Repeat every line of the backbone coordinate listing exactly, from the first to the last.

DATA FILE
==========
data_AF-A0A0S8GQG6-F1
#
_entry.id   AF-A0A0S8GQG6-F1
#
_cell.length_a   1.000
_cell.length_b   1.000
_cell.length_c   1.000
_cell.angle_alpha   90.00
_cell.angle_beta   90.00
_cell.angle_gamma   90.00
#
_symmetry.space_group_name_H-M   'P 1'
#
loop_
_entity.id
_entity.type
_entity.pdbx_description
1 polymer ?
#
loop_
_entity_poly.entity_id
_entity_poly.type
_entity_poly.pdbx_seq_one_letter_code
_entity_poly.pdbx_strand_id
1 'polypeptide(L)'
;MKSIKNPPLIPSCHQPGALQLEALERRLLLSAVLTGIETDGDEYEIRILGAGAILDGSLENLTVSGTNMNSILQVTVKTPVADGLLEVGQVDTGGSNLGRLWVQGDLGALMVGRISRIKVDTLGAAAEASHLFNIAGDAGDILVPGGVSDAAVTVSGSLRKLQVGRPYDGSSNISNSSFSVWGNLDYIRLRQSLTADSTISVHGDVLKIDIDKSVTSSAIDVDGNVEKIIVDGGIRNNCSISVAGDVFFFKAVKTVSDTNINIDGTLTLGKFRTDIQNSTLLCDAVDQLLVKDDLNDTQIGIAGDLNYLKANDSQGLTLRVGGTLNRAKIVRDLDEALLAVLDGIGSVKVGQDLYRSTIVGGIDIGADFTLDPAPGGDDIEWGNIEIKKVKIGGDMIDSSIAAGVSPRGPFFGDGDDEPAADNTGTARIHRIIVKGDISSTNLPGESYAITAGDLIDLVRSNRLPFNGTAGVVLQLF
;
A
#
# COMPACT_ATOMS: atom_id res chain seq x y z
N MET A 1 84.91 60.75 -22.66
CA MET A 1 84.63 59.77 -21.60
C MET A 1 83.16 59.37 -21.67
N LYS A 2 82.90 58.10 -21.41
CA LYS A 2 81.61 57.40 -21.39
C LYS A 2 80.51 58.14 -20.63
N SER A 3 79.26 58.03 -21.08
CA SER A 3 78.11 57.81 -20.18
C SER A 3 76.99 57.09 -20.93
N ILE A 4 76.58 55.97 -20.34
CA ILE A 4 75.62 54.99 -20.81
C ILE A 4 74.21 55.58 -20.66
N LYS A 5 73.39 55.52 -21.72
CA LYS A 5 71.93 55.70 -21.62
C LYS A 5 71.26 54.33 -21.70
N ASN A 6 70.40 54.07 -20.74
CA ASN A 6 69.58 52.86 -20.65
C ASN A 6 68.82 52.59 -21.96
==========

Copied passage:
data_AF-A0A0S8GQG6-F1
#
_entry.id   AF-A0A0S8GQG6-F1
#
_cell.length_a   1.000
_cell.length_b   1.000
_cell.length_c   1.000
_cell.angle_alpha   90.00
_cell.angle_beta   90.00
_cell.angle_gamma   90.00
#
_symmetry.space_group_name_H-M   'P 1'
#
loop_
_entity.id
_entity.type
_entity.pdbx_description
1 polymer ?
#
loop_
_entity_poly.entity_id
_entity_poly.type
_entity_poly.pdbx_seq_one_letter_code
_entity_poly.pdbx_strand_id
1 'polypeptide(L)'
;MKSIKNPPLIPSCHQPGALQLEALERRLLLSAVLTGIETDGDEYEIRILGAGAILDGSLENLTVSGTNMNSILQVTVKTPVADGLLEVGQVDTGGSNLGRLWVQGDLGALMVGRISRIKVDTLGAAAEASHLFNIAGDAGDILVPGGVSDAAVTVSGSLRKLQVGRPYDGSSNISNSSFSVWGNLDYIRLRQSLTADSTISVHGDVLKIDIDKSVTSSAIDVDGNVEKIIVDGGIRNNCSISVAGDVFFFKAVKTVSDTNINIDGTLTLGKFRTDIQNSTLLCDAVDQLLVKDDLNDTQIGIAGDLNYLKANDSQGLTLRVGGTLNRAKIVRDLDEALLAVLDGIGSVKVGQDLYRSTIVGGIDIGADFTLDPAPGGDDIEWGNIEIKKVKIGGDMIDSSIAAGVSPRGPFFGDGDDEPAADNTGTARIHRIIVKGDISSTNLPGESYAITAGDLIDLVRSNRLPFNGTAGVVLQLF
;
A
#
# COMPACT_ATOMS: atom_id res chain seq x y z
N MET A 1 84.91 60.75 -22.66
CA MET A 1 84.63 59.77 -21.60
C MET A 1 83.16 59.37 -21.67
N LYS A 2 82.90 58.10 -21.41
CA LYS A 2 81.61 57.40 -21.39
C LYS A 2 80.51 58.14 -20.63
N SER A 3 79.26 58.03 -21.08
CA SER A 3 78.11 57.81 -20.18
C SER A 3 76.99 57.09 -20.93
N ILE A 4 76.58 55.97 -20.34
CA ILE A 4 75.62 54.99 -20.81
C ILE A 4 74.21 55.58 -20.66
N LYS A 5 73.39 55.52 -21.72
CA LYS A 5 71.93 55.70 -21.62
C LYS A 5 71.26 54.33 -21.70
N ASN A 6 70.40 54.07 -20.74
CA ASN A 6 69.58 52.86 -20.65
C ASN A 6 68.82 52.59 -21.96